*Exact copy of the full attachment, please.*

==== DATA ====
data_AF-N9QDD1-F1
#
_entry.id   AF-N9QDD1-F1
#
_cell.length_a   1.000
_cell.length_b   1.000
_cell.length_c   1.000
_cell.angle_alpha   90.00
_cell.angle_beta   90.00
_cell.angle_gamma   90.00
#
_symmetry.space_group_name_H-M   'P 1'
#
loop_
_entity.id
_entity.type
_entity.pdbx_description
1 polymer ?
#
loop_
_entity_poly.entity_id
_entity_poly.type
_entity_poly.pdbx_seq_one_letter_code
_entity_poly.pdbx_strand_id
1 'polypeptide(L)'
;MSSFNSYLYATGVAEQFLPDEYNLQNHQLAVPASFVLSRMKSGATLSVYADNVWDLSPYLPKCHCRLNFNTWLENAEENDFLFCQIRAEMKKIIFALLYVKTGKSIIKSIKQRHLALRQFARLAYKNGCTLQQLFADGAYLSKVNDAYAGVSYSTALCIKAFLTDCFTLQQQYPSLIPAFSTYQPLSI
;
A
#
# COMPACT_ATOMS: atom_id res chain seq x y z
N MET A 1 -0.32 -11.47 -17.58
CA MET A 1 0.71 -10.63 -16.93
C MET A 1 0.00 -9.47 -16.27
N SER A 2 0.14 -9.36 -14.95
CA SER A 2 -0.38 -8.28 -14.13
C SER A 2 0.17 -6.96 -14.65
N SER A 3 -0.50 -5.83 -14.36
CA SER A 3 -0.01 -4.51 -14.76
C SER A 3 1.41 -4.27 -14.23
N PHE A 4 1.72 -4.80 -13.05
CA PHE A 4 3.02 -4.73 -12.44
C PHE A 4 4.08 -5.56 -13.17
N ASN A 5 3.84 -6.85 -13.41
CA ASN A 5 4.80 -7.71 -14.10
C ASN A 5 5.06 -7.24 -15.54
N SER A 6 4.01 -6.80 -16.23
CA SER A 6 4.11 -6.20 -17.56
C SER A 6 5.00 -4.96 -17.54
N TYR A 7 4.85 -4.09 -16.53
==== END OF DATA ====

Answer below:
data_AF-N9QDD1-F1
#
_entry.id   AF-N9QDD1-F1
#
_cell.length_a   1.000
_cell.length_b   1.000
_cell.length_c   1.000
_cell.angle_alpha   90.00
_cell.angle_beta   90.00
_cell.angle_gamma   90.00
#
_symmetry.space_group_name_H-M   'P 1'
#
loop_
_entity.id
_entity.type
_entity.pdbx_description
1 polymer ?
#
loop_
_entity_poly.entity_id
_entity_poly.type
_entity_poly.pdbx_seq_one_letter_code
_entity_poly.pdbx_strand_id
1 'polypeptide(L)'
;MSSFNSYLYATGVAEQFLPDEYNLQNHQLAVPASFVLSRMKSGATLSVYADNVWDLSPYLPKCHCRLNFNTWLENAEENDFLFCQIRAEMKKIIFALLYVKTGKSIIKSIKQRHLALRQFARLAYKNGCTLQQLFADGAYLSKVNDAYAGVSYSTALCIKAFLTDCFTLQQQYPSLIPAFSTYQPLSI
;
A
#
# COMPACT_ATOMS: atom_id res chain seq x y z
N MET A 1 -0.32 -11.47 -17.58
CA MET A 1 0.71 -10.63 -16.93
C MET A 1 0.00 -9.47 -16.27
N SER A 2 0.14 -9.36 -14.95
CA SER A 2 -0.38 -8.28 -14.13
C SER A 2 0.17 -6.96 -14.65
N SER A 3 -0.50 -5.83 -14.36
CA SER A 3 -0.01 -4.51 -14.76
C SER A 3 1.41 -4.27 -14.23
N PHE A 4 1.72 -4.80 -13.05
CA PHE A 4 3.02 -4.73 -12.44
C PHE A 4 4.08 -5.56 -13.17
N ASN A 5 3.84 -6.85 -13.41
CA ASN A 5 4.80 -7.71 -14.10
C ASN A 5 5.06 -7.24 -15.54
N SER A 6 4.01 -6.80 -16.23
CA SER A 6 4.11 -6.20 -17.56
C SER A 6 5.00 -4.96 -17.54
N TYR A 7 4.85 -4.09 -16.53